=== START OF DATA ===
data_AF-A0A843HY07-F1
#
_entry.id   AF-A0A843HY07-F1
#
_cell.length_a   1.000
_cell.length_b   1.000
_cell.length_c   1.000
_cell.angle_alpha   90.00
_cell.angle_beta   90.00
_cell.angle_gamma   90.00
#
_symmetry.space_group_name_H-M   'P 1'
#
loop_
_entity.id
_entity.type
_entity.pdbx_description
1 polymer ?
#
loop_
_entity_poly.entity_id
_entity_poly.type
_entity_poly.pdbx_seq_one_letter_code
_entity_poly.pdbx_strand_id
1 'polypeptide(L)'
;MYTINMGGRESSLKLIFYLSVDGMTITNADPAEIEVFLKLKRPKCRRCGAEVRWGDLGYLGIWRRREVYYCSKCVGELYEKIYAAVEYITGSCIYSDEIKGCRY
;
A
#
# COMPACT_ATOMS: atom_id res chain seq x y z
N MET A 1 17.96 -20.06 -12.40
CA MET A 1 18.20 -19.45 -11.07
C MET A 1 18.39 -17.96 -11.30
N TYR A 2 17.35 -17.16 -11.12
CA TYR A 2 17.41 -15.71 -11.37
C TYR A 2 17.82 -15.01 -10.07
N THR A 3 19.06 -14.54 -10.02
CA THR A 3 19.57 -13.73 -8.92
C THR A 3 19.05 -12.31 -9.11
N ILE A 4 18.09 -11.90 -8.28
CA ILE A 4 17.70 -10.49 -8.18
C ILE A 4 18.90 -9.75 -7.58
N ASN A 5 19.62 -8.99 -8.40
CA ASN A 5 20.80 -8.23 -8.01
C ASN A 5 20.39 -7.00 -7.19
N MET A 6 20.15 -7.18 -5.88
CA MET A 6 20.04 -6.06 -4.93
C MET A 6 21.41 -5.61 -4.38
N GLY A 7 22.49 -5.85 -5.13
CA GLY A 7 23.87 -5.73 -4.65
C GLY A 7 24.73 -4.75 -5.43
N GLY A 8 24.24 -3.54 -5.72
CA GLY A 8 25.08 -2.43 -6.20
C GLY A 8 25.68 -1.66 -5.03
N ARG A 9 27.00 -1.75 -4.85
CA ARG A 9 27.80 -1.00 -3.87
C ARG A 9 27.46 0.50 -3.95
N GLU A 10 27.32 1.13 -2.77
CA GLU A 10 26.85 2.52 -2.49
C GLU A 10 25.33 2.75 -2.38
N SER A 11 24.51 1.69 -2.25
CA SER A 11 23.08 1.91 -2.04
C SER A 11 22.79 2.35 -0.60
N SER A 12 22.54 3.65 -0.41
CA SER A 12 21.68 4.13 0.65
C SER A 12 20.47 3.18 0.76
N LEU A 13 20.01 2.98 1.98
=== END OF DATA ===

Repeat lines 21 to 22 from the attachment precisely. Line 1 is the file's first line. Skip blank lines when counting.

_entity_poly.entity_id
_entity_poly.type